In a blog post on Friday, Nvidia announced it is "pulling the plug" on the GeForce Partner Program (GPP) due to the company's unwillingness to combat "rumors" and "mistruths" about the platform. The GPP has only been active for a couple of months. It was launched as a way for gamers to know exactly what they're buying when shopping for a new gaming PC. "With this program, partners would provide full transparency regarding the installed hardware and software in their products," reports Digital Trends. From the report: Shortly after the launch, unnamed sources from add-in card and desktop/laptop manufacturers came forward to reveal that the program will likely hurt consumer choice. Even more, they worried that some of the agreement language may actually be illegal while the program itself could disrupt the current business they have with AMD and Intel. They also revealed one major requirement: The resulting product sports the label "[gaming brand] Aligned Exclusively with GeForce." As an example, if Asus wanted to add its Republic of Gamers (RoG) line to Nvidia's program, it wouldn't be allowed to sell RoG products with AMD-based graphics. Of course, manufacturers can choose whether or not to join Nvidia's program, but membership supposedly had its "perks" including access to early technology, sales rebate programs, game bundling, and more.

According to Nvidia, all it asked of its partners was to "brand their products in a way that would be crystal clear." The company says it didn't want "substitute GPUs hidden behind a pile of techno-jargon." Specifications for desktops and laptops tend to list their graphics components and PC gamers are generally intelligent shoppers that don't need any clarification. Regardless, Nvidia is pulling the controversial program because the "rumors, conjecture, and mistruths go far beyond" the program's intent.

AI

Tesla Autopilot Crisis Deepens With Loss of Third Autopilot Boss In 18 Months (arstechnica.com) 173

An anonymous reader quotes a report from Ars Technica: It is no secret that Tesla's Autopilot project is struggling. Last summer, we covered a report that Tesla was bleeding talent from its Autopilot division. Tesla Autopilot head Sterling Anderson quit Tesla at the end of 2016. His replacement was Chris Lattner, who had previously created the Swift programming language at Apple. But Lattner only lasted six months before departing last June. Now Lattner's replacement, Jim Keller, is leaving Tesla as well.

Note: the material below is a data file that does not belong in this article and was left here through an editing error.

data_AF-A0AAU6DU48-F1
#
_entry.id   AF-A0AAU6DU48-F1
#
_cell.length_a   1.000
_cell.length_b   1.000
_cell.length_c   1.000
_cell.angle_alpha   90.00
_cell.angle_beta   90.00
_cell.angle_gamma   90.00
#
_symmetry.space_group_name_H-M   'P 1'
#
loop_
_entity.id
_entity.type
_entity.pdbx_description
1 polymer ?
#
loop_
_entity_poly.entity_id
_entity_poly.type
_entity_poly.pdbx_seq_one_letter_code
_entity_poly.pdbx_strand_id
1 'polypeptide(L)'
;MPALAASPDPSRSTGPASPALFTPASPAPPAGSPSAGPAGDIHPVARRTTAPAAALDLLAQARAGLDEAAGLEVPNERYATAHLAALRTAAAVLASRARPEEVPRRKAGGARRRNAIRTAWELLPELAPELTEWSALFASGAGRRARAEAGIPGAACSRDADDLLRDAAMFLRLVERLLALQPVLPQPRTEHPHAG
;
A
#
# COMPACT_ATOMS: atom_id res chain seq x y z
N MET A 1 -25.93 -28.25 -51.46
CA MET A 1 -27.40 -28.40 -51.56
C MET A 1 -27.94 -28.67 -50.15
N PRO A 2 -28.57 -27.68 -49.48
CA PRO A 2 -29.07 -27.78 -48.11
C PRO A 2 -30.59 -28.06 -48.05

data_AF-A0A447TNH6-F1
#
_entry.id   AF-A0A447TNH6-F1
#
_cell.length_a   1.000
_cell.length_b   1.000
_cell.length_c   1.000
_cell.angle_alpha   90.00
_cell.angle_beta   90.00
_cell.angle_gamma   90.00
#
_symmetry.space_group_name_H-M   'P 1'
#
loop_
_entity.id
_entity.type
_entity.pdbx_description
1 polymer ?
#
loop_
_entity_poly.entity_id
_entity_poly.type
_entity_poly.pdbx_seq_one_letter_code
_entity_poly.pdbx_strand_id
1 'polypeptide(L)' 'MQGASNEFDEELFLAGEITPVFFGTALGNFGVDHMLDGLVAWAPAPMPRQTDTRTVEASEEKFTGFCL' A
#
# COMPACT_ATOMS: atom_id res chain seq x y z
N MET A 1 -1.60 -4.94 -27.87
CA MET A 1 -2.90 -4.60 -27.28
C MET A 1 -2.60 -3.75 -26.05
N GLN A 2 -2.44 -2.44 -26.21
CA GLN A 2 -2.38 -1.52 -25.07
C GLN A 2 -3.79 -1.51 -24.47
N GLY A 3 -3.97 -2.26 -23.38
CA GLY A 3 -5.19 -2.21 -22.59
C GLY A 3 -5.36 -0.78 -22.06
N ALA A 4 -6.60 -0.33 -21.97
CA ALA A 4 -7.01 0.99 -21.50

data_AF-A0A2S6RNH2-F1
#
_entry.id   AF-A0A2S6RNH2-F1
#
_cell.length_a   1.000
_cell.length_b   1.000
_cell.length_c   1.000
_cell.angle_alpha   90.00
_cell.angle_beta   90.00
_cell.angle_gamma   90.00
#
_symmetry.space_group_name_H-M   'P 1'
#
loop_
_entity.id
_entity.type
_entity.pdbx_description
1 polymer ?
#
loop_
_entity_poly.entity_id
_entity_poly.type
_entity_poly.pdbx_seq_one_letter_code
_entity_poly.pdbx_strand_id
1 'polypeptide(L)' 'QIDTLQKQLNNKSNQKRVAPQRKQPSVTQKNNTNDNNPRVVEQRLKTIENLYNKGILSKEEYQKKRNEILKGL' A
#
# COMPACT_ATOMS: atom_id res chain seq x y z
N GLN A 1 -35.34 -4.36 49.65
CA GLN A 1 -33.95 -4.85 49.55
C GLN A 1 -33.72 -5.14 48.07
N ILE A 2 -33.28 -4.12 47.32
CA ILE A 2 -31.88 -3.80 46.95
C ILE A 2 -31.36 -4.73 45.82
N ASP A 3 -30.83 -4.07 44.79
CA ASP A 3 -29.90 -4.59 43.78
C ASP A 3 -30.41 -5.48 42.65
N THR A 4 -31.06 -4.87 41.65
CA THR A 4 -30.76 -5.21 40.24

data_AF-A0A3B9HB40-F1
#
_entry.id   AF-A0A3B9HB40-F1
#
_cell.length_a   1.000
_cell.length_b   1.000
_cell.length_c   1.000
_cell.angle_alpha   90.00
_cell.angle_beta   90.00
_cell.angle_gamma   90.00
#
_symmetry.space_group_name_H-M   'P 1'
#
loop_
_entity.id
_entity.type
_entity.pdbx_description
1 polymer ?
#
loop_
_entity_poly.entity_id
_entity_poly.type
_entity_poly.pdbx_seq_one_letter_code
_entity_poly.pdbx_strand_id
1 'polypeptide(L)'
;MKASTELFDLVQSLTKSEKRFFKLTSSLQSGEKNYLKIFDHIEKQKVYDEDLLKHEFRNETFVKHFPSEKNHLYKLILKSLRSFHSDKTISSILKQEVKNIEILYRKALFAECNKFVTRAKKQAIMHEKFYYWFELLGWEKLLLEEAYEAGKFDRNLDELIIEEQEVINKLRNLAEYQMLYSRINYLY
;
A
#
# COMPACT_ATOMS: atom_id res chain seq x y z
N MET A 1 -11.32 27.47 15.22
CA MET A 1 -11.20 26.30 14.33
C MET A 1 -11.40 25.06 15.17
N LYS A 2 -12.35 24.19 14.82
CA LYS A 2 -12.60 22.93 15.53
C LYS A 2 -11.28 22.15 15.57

Keller was a well-known chip designer at AMD before he was recruited to lead Tesla's hardware engineering efforts for Autopilot in 2016. Keller has been working to develop custom silicon for Autopilot, potentially replacing the Nvidia chips being used in today's Tesla vehicles. When Lattner left Tesla last June, Keller was given broader authority over the Autopilot program as a whole. Keller's departure comes just weeks after the death of Walter Huang, a driver whose Model X vehicle slammed into a concrete lane divider in Mountain View, California. Tesla has said Autopilot was engaged at the time of the crash. Tesla has since gotten into public feuds with both Huang's family and the National Transportation Safety Board, the federal agency investigating the crash.
"Today is Jim Keller's last day at Tesla, where he has overseen low-voltage hardware, Autopilot software and infotainment," Tesla said in a statement to Electrek. "Prior to joining Tesla, Jim's core passion was microprocessor engineering, and he's now joining a company where he'll be able to once again focus on this exclusively."
XBox (Games)

Xbox One April Update Rolling Out With Low-Latency Mode, FreeSync, and 1440p Support; 120Hz Support Coming In May Update (theverge.com) 48